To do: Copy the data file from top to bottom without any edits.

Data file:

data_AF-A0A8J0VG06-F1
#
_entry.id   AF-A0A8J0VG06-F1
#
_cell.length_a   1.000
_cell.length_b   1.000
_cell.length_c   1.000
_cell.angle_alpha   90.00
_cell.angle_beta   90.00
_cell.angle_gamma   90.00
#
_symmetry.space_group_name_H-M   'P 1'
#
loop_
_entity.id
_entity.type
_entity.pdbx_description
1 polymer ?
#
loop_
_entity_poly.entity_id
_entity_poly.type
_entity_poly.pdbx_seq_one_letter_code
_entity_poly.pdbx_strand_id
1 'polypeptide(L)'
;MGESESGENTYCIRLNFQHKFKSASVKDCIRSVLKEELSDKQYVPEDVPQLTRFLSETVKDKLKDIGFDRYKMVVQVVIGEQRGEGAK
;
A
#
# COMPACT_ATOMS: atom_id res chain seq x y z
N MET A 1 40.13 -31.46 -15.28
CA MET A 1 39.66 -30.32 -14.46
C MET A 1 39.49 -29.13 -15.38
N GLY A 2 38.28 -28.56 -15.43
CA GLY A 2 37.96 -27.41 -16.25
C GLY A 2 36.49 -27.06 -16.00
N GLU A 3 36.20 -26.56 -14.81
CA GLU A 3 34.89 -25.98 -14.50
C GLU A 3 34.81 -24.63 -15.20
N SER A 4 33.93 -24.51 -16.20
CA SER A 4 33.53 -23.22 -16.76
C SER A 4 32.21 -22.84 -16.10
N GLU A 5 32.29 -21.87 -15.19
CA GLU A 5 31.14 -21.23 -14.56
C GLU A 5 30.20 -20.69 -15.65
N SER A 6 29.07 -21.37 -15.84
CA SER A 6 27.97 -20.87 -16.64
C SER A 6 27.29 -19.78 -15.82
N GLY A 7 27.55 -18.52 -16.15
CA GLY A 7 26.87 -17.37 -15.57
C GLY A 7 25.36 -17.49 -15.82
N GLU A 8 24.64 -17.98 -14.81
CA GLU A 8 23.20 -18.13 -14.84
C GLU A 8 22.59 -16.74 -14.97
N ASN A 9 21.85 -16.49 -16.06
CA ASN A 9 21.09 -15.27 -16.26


data_AF-A0A8J0VG06-F1
#
_entry.id   AF-A0A8J0VG06-F1
#
_cell.length_a   1.000
_cell.length_b   1.000
_cell.length_c   1.000
_cell.angle_alpha   90.00
_cell.angle_beta   90.00
_cell.angle_gamma   90.00
#
_symmetry.space_group_name_H-M   'P 1'
#
loop_
_entity.id
_entity.type
_entity.pdbx_description
1 polymer ?
#
loop_
_entity_poly.entity_id
_entity_poly.type
_entity_poly.pdbx_seq_one_letter_code
_entity_poly.pdbx_strand_id
1 'polypeptide(L)'
;MGESESGENTYCIRLNFQHKFKSASVKDCIRSVLKEELSDKQYVPEDVPQLTRFLSETVKDKLKDIGFDRYKMVVQVVIGEQRGEGAK
;
A
#
# COMPACT_ATOMS: atom_id res chain seq x y z
N MET A 1 40.13 -31.46 -15.28
CA MET A 1 39.66 -30.32 -14.46
C MET A 1 39.49 -29.13 -15.38
N GLY A 2 38.28 -28.56 -15.43
CA GLY A 2 37.96 -27.41 -16.25
C GLY A 2 36.49 -27.06 -16.00
N GLU A 3 36.20 -26.56 -14.81
CA GLU A 3 34.89 -25.98 -14.50
C GLU A 3 34.81 -24.63 -15.20
N SER A 4 33.93 -24.51 -16.20
CA SER A 4 33.53 -23.22 -16.76
C SER A 4 32.21 -22.84 -16.10
N GLU A 5 32.29 -21.87 -15.19
CA GLU A 5 31.14 -21.23 -14.56
C GLU A 5 30.20 -20.69 -15.65
N SER A 6 29.07 -21.37 -15.84
CA SER A 6 27.97 -20.87 -16.64
C SER A 6 27.29 -19.78 -15.82
N GLY A 7 27.55 -18.52 -16.15
CA GLY A 7 26.87 -17.37 -15.57
C GLY A 7 25.36 -17.49 -15.82
N GLU A 8 24.64 -17.98 -14.81
CA GLU A 8 23.20 -18.13 -14.84
C GLU A 8 22.59 -16.74 -14.97
N ASN A 9 21.85 -16.49 -16.06
CA ASN A 9 21.09 -15.27 -16.26